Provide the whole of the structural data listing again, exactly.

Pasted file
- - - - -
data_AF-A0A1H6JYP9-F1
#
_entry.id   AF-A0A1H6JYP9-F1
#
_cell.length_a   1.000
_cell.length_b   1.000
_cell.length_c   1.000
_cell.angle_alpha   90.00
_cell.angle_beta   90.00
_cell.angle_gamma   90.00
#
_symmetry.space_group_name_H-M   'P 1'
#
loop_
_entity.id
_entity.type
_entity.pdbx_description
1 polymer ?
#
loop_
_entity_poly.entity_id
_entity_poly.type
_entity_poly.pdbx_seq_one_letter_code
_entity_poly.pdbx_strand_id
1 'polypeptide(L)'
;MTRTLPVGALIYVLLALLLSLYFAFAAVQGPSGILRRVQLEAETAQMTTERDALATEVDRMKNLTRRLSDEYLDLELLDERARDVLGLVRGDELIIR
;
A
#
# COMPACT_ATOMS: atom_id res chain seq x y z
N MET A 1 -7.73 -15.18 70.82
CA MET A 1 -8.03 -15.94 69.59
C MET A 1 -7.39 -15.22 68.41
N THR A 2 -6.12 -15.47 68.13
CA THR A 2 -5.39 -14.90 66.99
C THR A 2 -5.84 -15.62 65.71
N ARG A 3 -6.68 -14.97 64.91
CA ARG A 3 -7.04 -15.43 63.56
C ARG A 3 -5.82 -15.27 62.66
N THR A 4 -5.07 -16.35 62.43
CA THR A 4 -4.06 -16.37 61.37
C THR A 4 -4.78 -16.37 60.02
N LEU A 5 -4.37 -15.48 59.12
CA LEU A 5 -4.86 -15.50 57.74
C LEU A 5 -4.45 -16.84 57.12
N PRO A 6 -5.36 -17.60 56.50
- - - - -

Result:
data_AF-A0A1H6JYP9-F1
#
_entry.id   AF-A0A1H6JYP9-F1
#
_cell.length_a   1.000
_cell.length_b   1.000
_cell.length_c   1.000
_cell.angle_alpha   90.00
_cell.angle_beta   90.00
_cell.angle_gamma   90.00
#
_symmetry.space_group_name_H-M   'P 1'
#
loop_
_entity.id
_entity.type
_entity.pdbx_description
1 polymer ?
#
loop_
_entity_poly.entity_id
_entity_poly.type
_entity_poly.pdbx_seq_one_letter_code
_entity_poly.pdbx_strand_id
1 'polypeptide(L)'
;MTRTLPVGALIYVLLALLLSLYFAFAAVQGPSGILRRVQLEAETAQMTTERDALATEVDRMKNLTRRLSDEYLDLELLDERARDVLGLVRGDELIIR
;
A
#
# COMPACT_ATOMS: atom_id res chain seq x y z
N MET A 1 -7.73 -15.18 70.82
CA MET A 1 -8.03 -15.94 69.59
C MET A 1 -7.39 -15.22 68.41
N THR A 2 -6.12 -15.47 68.13
CA THR A 2 -5.39 -14.90 66.99
C THR A 2 -5.84 -15.62 65.71
N ARG A 3 -6.68 -14.97 64.91
CA ARG A 3 -7.04 -15.43 63.56
C ARG A 3 -5.82 -15.27 62.66
N THR A 4 -5.07 -16.35 62.43
CA THR A 4 -4.06 -16.37 61.37
C THR A 4 -4.78 -16.37 60.02
N LEU A 5 -4.37 -15.48 59.12
CA LEU A 5 -4.86 -15.50 57.74
C LEU A 5 -4.45 -16.84 57.12
N PRO A 6 -5.36 -17.60 56.50